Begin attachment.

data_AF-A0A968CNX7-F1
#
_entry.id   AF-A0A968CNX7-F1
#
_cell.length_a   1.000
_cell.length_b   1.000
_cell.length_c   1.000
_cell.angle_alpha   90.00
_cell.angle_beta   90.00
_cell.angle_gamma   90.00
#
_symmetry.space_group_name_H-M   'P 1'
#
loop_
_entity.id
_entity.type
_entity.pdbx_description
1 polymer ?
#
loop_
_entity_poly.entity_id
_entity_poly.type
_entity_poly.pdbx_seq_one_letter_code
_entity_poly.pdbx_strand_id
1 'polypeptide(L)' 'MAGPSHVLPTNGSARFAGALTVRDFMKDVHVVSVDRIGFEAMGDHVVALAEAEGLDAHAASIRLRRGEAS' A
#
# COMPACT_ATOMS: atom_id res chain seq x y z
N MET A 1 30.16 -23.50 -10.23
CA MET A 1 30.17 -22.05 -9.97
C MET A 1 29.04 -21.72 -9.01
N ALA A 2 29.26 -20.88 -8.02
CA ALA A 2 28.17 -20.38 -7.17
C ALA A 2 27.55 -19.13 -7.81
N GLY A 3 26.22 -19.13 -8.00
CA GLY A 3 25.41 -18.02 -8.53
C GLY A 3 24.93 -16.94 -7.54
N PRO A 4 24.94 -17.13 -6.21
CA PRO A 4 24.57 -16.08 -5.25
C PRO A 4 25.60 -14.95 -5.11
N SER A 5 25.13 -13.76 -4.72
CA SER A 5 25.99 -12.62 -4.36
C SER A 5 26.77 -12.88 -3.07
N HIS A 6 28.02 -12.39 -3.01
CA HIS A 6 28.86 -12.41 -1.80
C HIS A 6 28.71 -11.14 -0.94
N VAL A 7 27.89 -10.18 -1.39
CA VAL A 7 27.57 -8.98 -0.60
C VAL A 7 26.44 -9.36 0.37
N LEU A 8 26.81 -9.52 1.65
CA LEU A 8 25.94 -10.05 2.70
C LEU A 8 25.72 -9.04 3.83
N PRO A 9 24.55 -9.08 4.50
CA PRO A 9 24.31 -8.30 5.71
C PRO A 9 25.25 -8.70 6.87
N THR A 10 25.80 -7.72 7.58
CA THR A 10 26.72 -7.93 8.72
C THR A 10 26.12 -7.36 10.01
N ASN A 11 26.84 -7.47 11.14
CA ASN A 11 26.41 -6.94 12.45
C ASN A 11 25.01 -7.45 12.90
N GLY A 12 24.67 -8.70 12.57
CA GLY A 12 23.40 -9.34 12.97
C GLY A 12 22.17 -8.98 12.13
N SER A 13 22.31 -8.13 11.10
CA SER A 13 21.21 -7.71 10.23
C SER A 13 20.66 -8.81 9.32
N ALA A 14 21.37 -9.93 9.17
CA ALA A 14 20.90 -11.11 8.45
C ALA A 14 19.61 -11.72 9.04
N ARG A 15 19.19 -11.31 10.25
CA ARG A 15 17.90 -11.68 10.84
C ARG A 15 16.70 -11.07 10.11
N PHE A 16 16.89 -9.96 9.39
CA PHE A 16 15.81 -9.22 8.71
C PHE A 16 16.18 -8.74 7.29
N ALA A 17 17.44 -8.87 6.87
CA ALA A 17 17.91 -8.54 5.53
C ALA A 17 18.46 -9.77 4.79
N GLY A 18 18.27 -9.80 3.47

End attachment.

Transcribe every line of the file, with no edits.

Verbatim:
data_AF-A0A968CNX7-F1
#
_entry.id   AF-A0A968CNX7-F1
#
_cell.length_a   1.000
_cell.length_b   1.000
_cell.length_c   1.000
_cell.angle_alpha   90.00
_cell.angle_beta   90.00
_cell.angle_gamma   90.00
#
_symmetry.space_group_name_H-M   'P 1'
#
loop_
_entity.id
_entity.type
_entity.pdbx_description
1 polymer ?
#
loop_
_entity_poly.entity_id
_entity_poly.type
_entity_poly.pdbx_seq_one_letter_code
_entity_poly.pdbx_strand_id
1 'polypeptide(L)' 'MAGPSHVLPTNGSARFAGALTVRDFMKDVHVVSVDRIGFEAMGDHVVALAEAEGLDAHAASIRLRRGEAS' A
#
# COMPACT_ATOMS: atom_id res chain seq x y z
N MET A 1 30.16 -23.50 -10.23
CA MET A 1 30.17 -22.05 -9.97
C MET A 1 29.04 -21.72 -9.01
N ALA A 2 29.26 -20.88 -8.02
CA ALA A 2 28.17 -20.38 -7.17
C ALA A 2 27.55 -19.13 -7.81
N GLY A 3 26.22 -19.13 -8.00
CA GLY A 3 25.41 -18.02 -8.53
C GLY A 3 24.93 -16.94 -7.54
N PRO A 4 24.94 -17.13 -6.21
CA PRO A 4 24.57 -16.08 -5.25
C PRO A 4 25.60 -14.95 -5.11
N SER A 5 25.13 -13.76 -4.72
CA SER A 5 25.99 -12.62 -4.36
C SER A 5 26.77 -12.88 -3.07
N HIS A 6 28.02 -12.39 -3.01
CA HIS A 6 28.86 -12.41 -1.80
C HIS A 6 28.71 -11.14 -0.94
N VAL A 7 27.89 -10.18 -1.39
CA VAL A 7 27.57 -8.98 -0.60
C VAL A 7 26.44 -9.36 0.37
N LEU A 8 26.81 -9.52 1.65
CA LEU A 8 25.94 -10.05 2.70
C LEU A 8 25.72 -9.04 3.83
N PRO A 9 24.55 -9.08 4.50
CA PRO A 9 24.31 -8.30 5.71
C PRO A 9 25.25 -8.70 6.87
N THR A 10 25.80 -7.72 7.58
CA THR A 10 26.72 -7.93 8.72
C THR A 10 26.12 -7.36 10.01
N ASN A 11 26.84 -7.47 11.14
CA ASN A 11 26.41 -6.94 12.45
C ASN A 11 25.01 -7.45 12.90
N GLY A 12 24.67 -8.70 12.57
CA GLY A 12 23.40 -9.34 12.97
C GLY A 12 22.17 -8.98 12.13
N SER A 13 22.31 -8.13 11.10
CA SER A 13 21.21 -7.71 10.23
C SER A 13 20.66 -8.81 9.32
N ALA A 14 21.37 -9.93 9.17
CA ALA A 14 20.90 -11.11 8.45
C ALA A 14 19.61 -11.72 9.04
N ARG A 15 19.19 -11.31 10.25
CA ARG A 15 17.90 -11.68 10.84
C ARG A 15 16.70 -11.07 10.11
N PHE A 16 16.89 -9.96 9.39
CA PHE A 16 15.81 -9.22 8.71
C PHE A 16 16.18 -8.74 7.29
N ALA A 17 17.44 -8.87 6.87
CA ALA A 17 17.91 -8.54 5.53
C ALA A 17 18.46 -9.77 4.79
N GLY A 18 18.27 -9.80 3.47